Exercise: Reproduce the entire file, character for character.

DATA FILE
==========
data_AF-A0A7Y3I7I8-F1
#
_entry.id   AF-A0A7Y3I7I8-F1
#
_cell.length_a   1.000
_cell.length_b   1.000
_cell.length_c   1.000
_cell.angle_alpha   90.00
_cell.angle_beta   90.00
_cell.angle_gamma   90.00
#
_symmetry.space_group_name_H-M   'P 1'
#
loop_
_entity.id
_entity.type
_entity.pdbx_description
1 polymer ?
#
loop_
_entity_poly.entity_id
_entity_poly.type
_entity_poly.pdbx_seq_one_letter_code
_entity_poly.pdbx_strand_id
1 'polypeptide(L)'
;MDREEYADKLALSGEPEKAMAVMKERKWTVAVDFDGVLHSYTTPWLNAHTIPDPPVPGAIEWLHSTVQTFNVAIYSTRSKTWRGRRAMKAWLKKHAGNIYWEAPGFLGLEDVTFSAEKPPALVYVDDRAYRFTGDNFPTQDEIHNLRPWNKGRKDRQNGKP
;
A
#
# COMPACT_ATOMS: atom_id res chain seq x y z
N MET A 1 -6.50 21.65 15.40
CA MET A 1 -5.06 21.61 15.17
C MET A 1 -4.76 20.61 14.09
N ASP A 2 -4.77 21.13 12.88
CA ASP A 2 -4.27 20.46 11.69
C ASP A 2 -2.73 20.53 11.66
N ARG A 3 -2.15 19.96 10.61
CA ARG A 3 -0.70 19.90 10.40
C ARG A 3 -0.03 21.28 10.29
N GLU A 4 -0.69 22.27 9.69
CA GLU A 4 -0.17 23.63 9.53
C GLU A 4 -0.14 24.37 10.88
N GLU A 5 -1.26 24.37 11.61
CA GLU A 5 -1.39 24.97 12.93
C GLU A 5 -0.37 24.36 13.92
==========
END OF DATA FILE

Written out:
data_AF-A0A7Y3I7I8-F1
#
_entry.id   AF-A0A7Y3I7I8-F1
#
_cell.length_a   1.000
_cell.length_b   1.000
_cell.length_c   1.000
_cell.angle_alpha   90.00
_cell.angle_beta   90.00
_cell.angle_gamma   90.00
#
_symmetry.space_group_name_H-M   'P 1'
#
loop_
_entity.id
_entity.type
_entity.pdbx_description
1 polymer ?
#
loop_
_entity_poly.entity_id
_entity_poly.type
_entity_poly.pdbx_seq_one_letter_code
_entity_poly.pdbx_strand_id
1 'polypeptide(L)'
;MDREEYADKLALSGEPEKAMAVMKERKWTVAVDFDGVLHSYTTPWLNAHTIPDPPVPGAIEWLHSTVQTFNVAIYSTRSKTWRGRRAMKAWLKKHAGNIYWEAPGFLGLEDVTFSAEKPPALVYVDDRAYRFTGDNFPTQDEIHNLRPWNKGRKDRQNGKP
;
A
#
# COMPACT_ATOMS: atom_id res chain seq x y z
N MET A 1 -6.50 21.65 15.40
CA MET A 1 -5.06 21.61 15.17
C MET A 1 -4.76 20.61 14.09
N ASP A 2 -4.77 21.13 12.88
CA ASP A 2 -4.27 20.46 11.69
C ASP A 2 -2.73 20.53 11.66
N ARG A 3 -2.15 19.96 10.61
CA ARG A 3 -0.70 19.90 10.40
C ARG A 3 -0.03 21.28 10.29
N GLU A 4 -0.69 22.27 9.69
CA GLU A 4 -0.17 23.63 9.53
C GLU A 4 -0.14 24.37 10.88
N GLU A 5 -1.26 24.37 11.61
CA GLU A 5 -1.39 24.97 12.93
C GLU A 5 -0.37 24.36 13.92